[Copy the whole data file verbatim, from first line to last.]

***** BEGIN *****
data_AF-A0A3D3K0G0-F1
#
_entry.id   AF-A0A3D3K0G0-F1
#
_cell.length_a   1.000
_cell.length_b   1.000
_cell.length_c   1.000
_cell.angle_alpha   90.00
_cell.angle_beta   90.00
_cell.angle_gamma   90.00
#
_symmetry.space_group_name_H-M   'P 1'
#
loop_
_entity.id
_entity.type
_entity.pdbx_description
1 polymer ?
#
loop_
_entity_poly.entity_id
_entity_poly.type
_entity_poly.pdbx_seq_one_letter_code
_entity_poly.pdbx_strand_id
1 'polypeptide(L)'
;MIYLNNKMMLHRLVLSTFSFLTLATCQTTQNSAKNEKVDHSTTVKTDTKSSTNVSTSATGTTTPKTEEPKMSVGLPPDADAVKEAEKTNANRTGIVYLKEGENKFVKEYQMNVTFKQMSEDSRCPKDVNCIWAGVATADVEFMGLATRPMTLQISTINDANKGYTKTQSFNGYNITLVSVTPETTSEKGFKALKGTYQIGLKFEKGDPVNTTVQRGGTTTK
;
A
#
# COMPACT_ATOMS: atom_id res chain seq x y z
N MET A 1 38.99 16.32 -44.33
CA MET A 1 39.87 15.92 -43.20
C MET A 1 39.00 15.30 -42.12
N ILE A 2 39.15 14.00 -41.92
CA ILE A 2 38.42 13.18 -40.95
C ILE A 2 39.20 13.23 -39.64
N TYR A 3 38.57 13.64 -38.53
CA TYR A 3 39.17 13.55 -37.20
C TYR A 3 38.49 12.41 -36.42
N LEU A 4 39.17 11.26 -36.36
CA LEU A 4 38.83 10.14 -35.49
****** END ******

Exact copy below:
data_AF-A0A3D3K0G0-F1
#
_entry.id   AF-A0A3D3K0G0-F1
#
_cell.length_a   1.000
_cell.length_b   1.000
_cell.length_c   1.000
_cell.angle_alpha   90.00
_cell.angle_beta   90.00
_cell.angle_gamma   90.00
#
_symmetry.space_group_name_H-M   'P 1'
#
loop_
_entity.id
_entity.type
_entity.pdbx_description
1 polymer ?
#
loop_
_entity_poly.entity_id
_entity_poly.type
_entity_poly.pdbx_seq_one_letter_code
_entity_poly.pdbx_strand_id
1 'polypeptide(L)'
;MIYLNNKMMLHRLVLSTFSFLTLATCQTTQNSAKNEKVDHSTTVKTDTKSSTNVSTSATGTTTPKTEEPKMSVGLPPDADAVKEAEKTNANRTGIVYLKEGENKFVKEYQMNVTFKQMSEDSRCPKDVNCIWAGVATADVEFMGLATRPMTLQISTINDANKGYTKTQSFNGYNITLVSVTPETTSEKGFKALKGTYQIGLKFEKGDPVNTTVQRGGTTTK
;
A
#
# COMPACT_ATOMS: atom_id res chain seq x y z
N MET A 1 38.99 16.32 -44.33
CA MET A 1 39.87 15.92 -43.20
C MET A 1 39.00 15.30 -42.12
N ILE A 2 39.15 14.00 -41.92
CA ILE A 2 38.42 13.18 -40.95
C ILE A 2 39.20 13.23 -39.64
N TYR A 3 38.57 13.64 -38.53
CA TYR A 3 39.17 13.55 -37.20
C TYR A 3 38.49 12.41 -36.42
N LEU A 4 39.17 11.26 -36.36
CA LEU A 4 38.83 10.14 -35.49